10 Reasons – Icing Injuries is Wrong

iceIf you know me, you are aware of my anti-ice stance. The ice debate continues to heat up. As peer-reviewed data continues to pour in, the evidence for the use of ice to treat musculoskeletal injury still lacks. I’ve written about ice many times, but many of my anti-ice articles are science-y and focused around one topic. I wanted to do something different this time. I wanted to keep it short, sweet and comprehensive. So, I bring you 10 reasons why we shouldn’t ice injuries.

  1. Inflammation is the first physiological process to the repair and remodeling of tissue. You cannot have tissue repair or remodeling without inflammation. Ice constricts blood flow and impedes the inflammatory cells from reaching injured tissue. The blood vessels do not open again for many hours after ice is applied.
  2. Inflammatory cells are designed to release a hormone known as Insulin-like Growth Factor (IGF-1). IGF-1 is a primary mediator of the effects of growth hormone and a stimulator of cell growth and proliferation, and a potent inhibitor of programmed cell death. The application of ice inhibits the release of IGF-1.
  3. We are contradictory. We have adopted many therapies from Europe and Traditional Chinese Medicine like prolotherapy, acupuncture, and PRP injections. These are all pro-inflammatory, meaning they stimulate or increase the inflammatory response. Studies have found these therapies to be beneficial. Ice does the opposite of these forms of treatment.
  4. Swelling—a byproduct of the inflammatory process—must be removed from the injured area. Swelling does not accumulate at an injured part because there is excessive swelling, rather it accumulates because lymphatic drainage is slowed. The lymphatic system does this through muscle contraction and compression. Ice has been shown to reverse lymphatic flow.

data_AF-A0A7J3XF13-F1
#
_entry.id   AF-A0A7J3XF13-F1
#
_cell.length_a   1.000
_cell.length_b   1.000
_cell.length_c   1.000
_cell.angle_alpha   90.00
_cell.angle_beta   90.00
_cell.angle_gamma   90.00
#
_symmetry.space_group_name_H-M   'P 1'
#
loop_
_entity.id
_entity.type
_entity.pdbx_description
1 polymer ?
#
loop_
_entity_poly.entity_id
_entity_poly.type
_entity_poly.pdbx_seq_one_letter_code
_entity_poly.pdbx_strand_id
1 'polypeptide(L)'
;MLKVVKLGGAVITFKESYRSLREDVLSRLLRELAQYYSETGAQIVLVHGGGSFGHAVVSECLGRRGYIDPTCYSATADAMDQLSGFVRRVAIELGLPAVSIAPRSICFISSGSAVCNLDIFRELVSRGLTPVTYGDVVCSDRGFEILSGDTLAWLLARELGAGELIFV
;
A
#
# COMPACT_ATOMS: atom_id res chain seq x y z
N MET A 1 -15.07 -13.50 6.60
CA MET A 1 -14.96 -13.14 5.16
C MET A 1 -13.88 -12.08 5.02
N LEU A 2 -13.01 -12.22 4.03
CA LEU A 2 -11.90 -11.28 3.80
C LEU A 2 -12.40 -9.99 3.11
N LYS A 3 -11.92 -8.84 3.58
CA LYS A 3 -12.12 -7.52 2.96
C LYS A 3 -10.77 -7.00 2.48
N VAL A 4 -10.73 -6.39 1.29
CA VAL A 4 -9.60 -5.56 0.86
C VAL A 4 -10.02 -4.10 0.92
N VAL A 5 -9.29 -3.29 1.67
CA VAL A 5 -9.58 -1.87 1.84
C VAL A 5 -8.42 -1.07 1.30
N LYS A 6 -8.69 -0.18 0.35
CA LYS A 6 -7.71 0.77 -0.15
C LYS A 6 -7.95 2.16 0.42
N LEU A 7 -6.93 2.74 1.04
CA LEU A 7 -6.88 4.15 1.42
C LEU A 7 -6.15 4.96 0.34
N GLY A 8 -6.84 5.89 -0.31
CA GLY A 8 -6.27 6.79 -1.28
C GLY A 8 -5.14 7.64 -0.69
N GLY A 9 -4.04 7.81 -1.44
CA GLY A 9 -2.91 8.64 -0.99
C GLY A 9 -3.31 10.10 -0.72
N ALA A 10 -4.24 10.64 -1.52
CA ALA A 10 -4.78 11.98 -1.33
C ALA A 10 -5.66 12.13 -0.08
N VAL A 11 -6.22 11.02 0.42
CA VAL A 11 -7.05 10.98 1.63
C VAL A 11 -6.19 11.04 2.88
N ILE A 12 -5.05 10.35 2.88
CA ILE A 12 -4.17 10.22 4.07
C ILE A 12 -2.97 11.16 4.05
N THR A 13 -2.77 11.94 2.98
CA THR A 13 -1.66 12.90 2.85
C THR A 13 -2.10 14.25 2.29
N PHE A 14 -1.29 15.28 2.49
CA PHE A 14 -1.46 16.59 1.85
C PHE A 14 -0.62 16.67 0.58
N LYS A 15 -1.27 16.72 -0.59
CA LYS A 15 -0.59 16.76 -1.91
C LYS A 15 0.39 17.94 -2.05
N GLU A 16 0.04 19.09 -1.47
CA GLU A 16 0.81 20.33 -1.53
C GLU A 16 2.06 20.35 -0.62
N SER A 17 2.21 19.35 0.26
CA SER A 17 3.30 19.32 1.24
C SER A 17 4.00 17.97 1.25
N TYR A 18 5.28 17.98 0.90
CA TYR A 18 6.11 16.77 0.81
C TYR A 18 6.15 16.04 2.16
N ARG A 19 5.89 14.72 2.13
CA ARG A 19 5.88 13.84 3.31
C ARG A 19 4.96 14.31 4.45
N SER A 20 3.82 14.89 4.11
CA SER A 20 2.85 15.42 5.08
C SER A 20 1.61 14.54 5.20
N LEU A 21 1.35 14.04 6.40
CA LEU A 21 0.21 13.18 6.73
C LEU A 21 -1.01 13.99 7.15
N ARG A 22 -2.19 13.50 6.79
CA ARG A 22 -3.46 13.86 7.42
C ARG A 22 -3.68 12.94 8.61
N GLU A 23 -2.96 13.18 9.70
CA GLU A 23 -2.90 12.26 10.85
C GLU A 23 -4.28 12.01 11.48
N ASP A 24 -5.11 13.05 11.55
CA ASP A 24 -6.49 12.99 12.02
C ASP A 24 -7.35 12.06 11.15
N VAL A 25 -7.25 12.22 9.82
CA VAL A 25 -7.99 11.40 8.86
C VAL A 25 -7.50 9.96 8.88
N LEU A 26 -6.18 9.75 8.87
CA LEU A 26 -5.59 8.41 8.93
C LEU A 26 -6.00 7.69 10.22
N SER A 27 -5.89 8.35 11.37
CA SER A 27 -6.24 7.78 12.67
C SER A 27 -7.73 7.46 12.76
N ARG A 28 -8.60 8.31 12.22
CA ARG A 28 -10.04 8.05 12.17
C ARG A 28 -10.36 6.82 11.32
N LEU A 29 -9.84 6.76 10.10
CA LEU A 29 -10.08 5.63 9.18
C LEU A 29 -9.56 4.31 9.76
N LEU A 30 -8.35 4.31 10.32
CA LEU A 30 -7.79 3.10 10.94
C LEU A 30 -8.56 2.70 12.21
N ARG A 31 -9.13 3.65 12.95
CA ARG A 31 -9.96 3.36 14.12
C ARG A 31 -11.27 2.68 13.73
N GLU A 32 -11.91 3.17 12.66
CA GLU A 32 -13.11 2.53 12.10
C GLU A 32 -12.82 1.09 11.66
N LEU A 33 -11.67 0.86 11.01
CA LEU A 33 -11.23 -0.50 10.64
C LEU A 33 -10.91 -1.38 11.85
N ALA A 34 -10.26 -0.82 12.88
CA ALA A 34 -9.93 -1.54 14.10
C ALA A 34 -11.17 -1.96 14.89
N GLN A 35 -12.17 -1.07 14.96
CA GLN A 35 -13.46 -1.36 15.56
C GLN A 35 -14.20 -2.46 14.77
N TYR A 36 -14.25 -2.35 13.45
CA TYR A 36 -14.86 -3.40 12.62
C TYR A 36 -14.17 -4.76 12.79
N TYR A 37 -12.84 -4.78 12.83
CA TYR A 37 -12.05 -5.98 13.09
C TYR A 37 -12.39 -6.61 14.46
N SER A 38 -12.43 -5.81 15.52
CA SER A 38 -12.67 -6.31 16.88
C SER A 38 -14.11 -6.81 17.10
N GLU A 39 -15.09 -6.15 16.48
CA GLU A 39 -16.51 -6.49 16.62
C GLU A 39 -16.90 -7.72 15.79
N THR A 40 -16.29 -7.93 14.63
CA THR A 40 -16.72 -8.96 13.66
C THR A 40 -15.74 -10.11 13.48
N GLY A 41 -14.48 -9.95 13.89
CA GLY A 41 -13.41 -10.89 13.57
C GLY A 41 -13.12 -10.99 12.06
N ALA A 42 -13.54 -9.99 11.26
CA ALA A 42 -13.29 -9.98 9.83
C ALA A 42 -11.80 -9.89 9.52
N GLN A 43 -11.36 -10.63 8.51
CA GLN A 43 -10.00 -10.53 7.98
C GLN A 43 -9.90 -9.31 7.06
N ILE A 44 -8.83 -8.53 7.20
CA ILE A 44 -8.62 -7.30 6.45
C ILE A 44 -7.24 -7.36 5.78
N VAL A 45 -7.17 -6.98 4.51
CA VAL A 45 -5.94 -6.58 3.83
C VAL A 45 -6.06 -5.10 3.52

5. Gabe Mirkin, MD—the physician who coined the term RICE—has since said he was wrong. “Coaches have used my “RICE” guideline for decades, but now it appears that both Ice and complete Rest may delay healing, instead of helping.” – Gabe Mirkin, MD, March 2014
  6. In a position statement (the review of many scientific papers) made by the National Athletic Trainers’ Association on the management of ankle sprains (2013) found that ice therapies had a C level of evidence, meaning little or poor evidence exists. In an interview, the author of that article said: “I wish I could say that what we found is what is really being done in a clinical setting…. Maybe our European colleagues know something we don’t…there is very little icing over there.”
  7.  Ice does not facilitate proper collagen alignment. Diagnostic imaging of chronic tendon injuries like Achilles tendinopathy, jumper’s knee, runner’s knee, and plantar fasciitis show poor collagen arrangement of connective tissue. Study after study shows that exercise (especially eccentric loading) helps align collagen.